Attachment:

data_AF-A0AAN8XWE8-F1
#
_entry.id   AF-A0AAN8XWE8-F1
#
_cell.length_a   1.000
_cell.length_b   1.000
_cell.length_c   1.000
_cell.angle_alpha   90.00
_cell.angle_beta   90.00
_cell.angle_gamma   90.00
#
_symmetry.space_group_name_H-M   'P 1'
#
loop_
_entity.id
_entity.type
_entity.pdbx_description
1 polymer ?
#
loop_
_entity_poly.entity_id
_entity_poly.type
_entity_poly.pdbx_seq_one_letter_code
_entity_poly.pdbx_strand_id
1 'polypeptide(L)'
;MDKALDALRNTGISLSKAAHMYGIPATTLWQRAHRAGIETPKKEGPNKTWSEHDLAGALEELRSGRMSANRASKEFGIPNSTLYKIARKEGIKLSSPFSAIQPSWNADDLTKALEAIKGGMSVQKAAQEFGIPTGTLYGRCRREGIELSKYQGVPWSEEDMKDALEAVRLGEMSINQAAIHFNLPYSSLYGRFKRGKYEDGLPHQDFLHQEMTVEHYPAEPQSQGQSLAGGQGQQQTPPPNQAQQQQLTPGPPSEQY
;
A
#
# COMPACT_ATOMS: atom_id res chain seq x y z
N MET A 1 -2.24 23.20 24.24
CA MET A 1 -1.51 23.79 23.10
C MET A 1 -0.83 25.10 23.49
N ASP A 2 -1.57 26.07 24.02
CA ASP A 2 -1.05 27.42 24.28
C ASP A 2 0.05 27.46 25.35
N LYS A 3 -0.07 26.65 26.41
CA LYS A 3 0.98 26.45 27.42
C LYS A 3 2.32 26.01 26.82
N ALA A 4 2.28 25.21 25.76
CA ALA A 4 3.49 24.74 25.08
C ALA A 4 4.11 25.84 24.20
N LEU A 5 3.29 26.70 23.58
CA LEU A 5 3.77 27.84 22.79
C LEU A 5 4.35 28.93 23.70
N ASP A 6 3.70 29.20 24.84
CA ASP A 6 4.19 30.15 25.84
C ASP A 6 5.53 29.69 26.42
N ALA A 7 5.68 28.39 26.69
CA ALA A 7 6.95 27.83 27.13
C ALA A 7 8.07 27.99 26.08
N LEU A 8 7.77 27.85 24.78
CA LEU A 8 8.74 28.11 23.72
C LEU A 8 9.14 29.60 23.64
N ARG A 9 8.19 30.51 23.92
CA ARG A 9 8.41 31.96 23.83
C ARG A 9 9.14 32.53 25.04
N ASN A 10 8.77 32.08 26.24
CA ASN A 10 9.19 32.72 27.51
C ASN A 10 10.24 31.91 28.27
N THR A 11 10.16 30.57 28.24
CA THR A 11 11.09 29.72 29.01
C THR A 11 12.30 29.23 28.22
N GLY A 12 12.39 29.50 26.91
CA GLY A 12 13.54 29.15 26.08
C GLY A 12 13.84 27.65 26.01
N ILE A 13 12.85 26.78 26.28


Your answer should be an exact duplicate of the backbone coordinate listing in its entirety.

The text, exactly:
data_AF-A0AAN8XWE8-F1
#
_entry.id   AF-A0AAN8XWE8-F1
#
_cell.length_a   1.000
_cell.length_b   1.000
_cell.length_c   1.000
_cell.angle_alpha   90.00
_cell.angle_beta   90.00
_cell.angle_gamma   90.00
#
_symmetry.space_group_name_H-M   'P 1'
#
loop_
_entity.id
_entity.type
_entity.pdbx_description
1 polymer ?
#
loop_
_entity_poly.entity_id
_entity_poly.type
_entity_poly.pdbx_seq_one_letter_code
_entity_poly.pdbx_strand_id
1 'polypeptide(L)'
;MDKALDALRNTGISLSKAAHMYGIPATTLWQRAHRAGIETPKKEGPNKTWSEHDLAGALEELRSGRMSANRASKEFGIPNSTLYKIARKEGIKLSSPFSAIQPSWNADDLTKALEAIKGGMSVQKAAQEFGIPTGTLYGRCRREGIELSKYQGVPWSEEDMKDALEAVRLGEMSINQAAIHFNLPYSSLYGRFKRGKYEDGLPHQDFLHQEMTVEHYPAEPQSQGQSLAGGQGQQQTPPPNQAQQQQLTPGPPSEQY
;
A
#
# COMPACT_ATOMS: atom_id res chain seq x y z
N MET A 1 -2.24 23.20 24.24
CA MET A 1 -1.51 23.79 23.10
C MET A 1 -0.83 25.10 23.49
N ASP A 2 -1.57 26.07 24.02
CA ASP A 2 -1.05 27.42 24.28
C ASP A 2 0.05 27.46 25.35
N LYS A 3 -0.07 26.65 26.41
CA LYS A 3 0.98 26.45 27.42
C LYS A 3 2.32 26.01 26.82
N ALA A 4 2.28 25.21 25.76
CA ALA A 4 3.49 24.74 25.08
C ALA A 4 4.11 25.84 24.20
N LEU A 5 3.29 26.70 23.58
CA LEU A 5 3.77 27.84 22.79
C LEU A 5 4.35 28.93 23.70
N ASP A 6 3.70 29.20 24.84
CA ASP A 6 4.19 30.15 25.84
C ASP A 6 5.53 29.69 26.42
N ALA A 7 5.68 28.39 26.69
CA ALA A 7 6.95 27.83 27.13
C ALA A 7 8.07 27.99 26.08
N LEU A 8 7.77 27.85 24.78
CA LEU A 8 8.74 28.11 23.72
C LEU A 8 9.14 29.60 23.64
N ARG A 9 8.19 30.51 23.92
CA ARG A 9 8.41 31.96 23.83
C ARG A 9 9.14 32.53 25.04
N ASN A 10 8.77 32.08 26.24
CA ASN A 10 9.19 32.72 27.51
C ASN A 10 10.24 31.91 28.27
N THR A 11 10.16 30.57 28.24
CA THR A 11 11.09 29.72 29.01
C THR A 11 12.30 29.23 28.22
N GLY A 12 12.39 29.50 26.91
CA GLY A 12 13.54 29.15 26.08
C GLY A 12 13.84 27.65 26.01
N ILE A 13 12.85 26.78 26.28